W J Passingham - The World Championship Mystery - Amalgamated (Fleetway) - Sexton Blake Library Series (Series 3 Number 288, May 1953)
At the start of this story, boxing promoter Big Bill Broughton is a worried man. His star protege, middleweight champion Johnny Gerard has a big fight coming up, and someone is prepared to use fair means or foul to stop him winning.
Gerard has other worries closer to home. Under his real name, John Grandby, he stands to inherit his family`s stately home. More than one party has expressed an interest in buying it and he suspects this flurry of offers has a connection with the recent murder of his uncle.
Soon Bill is saying the magic words ;
"This is a case for a private detective, and the best of his kind will be here some time this morning."
"You mean - ?" Johnny queried sharply.
"I mean Sexton Blake."
Blake`s main problem is to decide whether the two cases are related. Are the same people who want the house so badly also out to ruin Johnny`s boxing career ? Or are there two entirely separate groups of wrong-doers to be tackled ?
Anyone who wanted to go in for a bit of destructive criticism would find their work fairly easy here.
The most glaring incongruity is when the author describes the visit of a police officer to the premises of a particular company. Blake has already told Tinker the outcome of the officer`s visit some pages previously and it seems strangely placed in the text.
Elsewhere, Blake drives to Putney Police station and speaks to the desk sergeant in order to find the location of builder`s yards in the area. Surely he knew how to use a phone book ?
Quite a big feature is made of a boxing match part way through the story. I`d query how well the writer knew the sport, but worse than that, his account is like something from Mills and Boon in places ;
"Wild bursts of cheering...rang out like surf beating hard and wind-driven against a rock-bound beach...Destiny must have it already written that the Sullivan arena would never witness such a fighting epic."
Despite these failings, the story keeps it`s head above water largely because of the underlying "two cases or one ?" motif and Blake`s attempts to clear a wrongly-arrested Russian businessman.
Once the case becomes clearer, the story is in danger of losing the reader, partly because the central questions are largely answered, partly because the main villain has three possible motives which maybe indicates a degree of muddled thinking on the part of the author.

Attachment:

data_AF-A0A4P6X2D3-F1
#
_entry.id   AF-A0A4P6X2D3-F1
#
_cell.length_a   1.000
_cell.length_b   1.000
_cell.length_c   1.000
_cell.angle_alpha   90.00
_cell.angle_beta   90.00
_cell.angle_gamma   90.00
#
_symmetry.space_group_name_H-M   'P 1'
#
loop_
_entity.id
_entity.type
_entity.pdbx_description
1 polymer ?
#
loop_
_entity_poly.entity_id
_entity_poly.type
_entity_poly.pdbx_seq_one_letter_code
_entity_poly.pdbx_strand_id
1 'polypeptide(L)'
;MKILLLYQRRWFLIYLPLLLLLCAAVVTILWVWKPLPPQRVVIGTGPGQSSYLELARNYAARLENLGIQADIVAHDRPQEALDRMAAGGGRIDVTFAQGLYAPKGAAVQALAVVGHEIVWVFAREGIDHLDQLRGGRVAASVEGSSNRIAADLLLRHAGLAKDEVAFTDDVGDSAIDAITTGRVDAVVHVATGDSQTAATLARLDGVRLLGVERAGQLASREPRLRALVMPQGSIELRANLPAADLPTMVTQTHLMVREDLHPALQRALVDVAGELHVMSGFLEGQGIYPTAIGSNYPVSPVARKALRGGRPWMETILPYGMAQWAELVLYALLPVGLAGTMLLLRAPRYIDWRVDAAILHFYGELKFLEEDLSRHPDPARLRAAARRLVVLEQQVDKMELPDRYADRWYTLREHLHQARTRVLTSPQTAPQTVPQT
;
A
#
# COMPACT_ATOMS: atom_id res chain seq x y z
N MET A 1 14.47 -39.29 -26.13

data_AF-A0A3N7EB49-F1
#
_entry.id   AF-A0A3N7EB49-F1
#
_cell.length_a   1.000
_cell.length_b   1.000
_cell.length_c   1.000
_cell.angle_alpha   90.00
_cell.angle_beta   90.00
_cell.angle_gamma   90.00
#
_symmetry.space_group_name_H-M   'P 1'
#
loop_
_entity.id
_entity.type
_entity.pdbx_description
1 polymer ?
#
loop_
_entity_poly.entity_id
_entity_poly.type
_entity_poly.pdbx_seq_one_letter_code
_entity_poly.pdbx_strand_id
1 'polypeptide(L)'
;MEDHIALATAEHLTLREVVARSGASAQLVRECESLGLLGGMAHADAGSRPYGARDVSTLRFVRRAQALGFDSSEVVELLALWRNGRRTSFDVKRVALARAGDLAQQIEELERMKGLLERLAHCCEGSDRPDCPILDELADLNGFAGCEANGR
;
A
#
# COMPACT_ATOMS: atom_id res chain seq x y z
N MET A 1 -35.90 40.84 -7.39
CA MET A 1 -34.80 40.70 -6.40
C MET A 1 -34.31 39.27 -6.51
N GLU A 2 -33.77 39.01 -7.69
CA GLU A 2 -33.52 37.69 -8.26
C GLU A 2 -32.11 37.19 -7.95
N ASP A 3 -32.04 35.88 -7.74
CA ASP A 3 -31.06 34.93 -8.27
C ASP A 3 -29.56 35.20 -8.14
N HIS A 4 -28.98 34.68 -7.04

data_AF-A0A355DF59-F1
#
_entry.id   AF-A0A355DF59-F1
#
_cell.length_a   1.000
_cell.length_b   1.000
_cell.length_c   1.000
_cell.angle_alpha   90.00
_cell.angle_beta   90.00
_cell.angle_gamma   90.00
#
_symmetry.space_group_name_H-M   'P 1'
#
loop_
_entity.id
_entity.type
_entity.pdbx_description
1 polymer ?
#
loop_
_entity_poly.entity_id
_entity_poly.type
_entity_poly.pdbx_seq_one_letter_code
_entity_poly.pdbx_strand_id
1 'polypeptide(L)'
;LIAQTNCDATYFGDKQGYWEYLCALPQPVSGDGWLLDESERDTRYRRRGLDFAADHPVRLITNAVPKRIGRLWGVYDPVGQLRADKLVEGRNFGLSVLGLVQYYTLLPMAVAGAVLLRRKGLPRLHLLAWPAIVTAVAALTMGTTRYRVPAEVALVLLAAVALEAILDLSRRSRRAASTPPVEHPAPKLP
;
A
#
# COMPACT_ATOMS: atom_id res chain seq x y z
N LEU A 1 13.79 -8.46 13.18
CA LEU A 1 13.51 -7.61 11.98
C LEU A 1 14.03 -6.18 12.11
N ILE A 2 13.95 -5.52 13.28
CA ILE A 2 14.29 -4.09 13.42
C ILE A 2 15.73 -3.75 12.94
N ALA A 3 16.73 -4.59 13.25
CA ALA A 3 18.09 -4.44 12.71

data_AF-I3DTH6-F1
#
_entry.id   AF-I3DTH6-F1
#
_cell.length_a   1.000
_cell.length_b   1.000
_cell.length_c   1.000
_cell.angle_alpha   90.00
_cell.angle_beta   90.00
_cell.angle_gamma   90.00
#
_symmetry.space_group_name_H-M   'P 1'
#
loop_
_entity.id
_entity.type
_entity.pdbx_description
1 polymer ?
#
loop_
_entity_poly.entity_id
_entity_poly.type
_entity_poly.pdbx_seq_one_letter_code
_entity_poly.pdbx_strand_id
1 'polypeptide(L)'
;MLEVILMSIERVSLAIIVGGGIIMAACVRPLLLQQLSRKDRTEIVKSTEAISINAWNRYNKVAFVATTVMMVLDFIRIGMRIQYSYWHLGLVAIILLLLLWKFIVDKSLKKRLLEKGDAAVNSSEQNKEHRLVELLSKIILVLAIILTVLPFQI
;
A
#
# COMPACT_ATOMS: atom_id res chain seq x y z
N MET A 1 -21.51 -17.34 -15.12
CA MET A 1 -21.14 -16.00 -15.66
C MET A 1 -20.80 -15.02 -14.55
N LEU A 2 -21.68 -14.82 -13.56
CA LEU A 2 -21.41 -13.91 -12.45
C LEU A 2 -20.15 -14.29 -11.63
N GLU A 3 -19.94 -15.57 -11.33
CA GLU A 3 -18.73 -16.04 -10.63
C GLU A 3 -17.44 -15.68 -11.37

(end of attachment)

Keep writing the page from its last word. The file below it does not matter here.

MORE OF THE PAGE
The story is saved by an unexpected plot development which takes our hero to the site of an old civil war Royalist stronghold just in time for a dramatic showdown. The last few pages, concerned entirely with Johnny`s boxing career and associates, seemed to me a bit surplus to requirements, though others may feel it rounds the thing off nicely.
Despite quite a few amateurish touches (Some may actually be the responsibility of Fleetway`s rather inconsistent editors and proof-readers. I would think this likely as I gather the author was already an experienced writer of non-fiction*.), the story does hold the attention, and I would regard it as a creditable attempt, though perhaps not the work of a literary genius.
I would like to report that the author turned out more Blakes, refining his skills as he went along. Sadly, he wrote only one other that I know of (The Ace Accomplice) although I gather he may also have written a children`s book, the intriguingly-title Their Faces Turned Green**.
Worth reading, but only if you`re prepared to enter into the spirit of things.
* I`m now a little better informed about Mr Passingham`s career as journalist and author. See my review of his `The Case of the Ace Accomplice`, posted on this blog 9 June 2013, for more accurate information.
** `Their Faces Turned Green` appeared in Modern World magazine Volume 1, Number 51, 8 March 1941.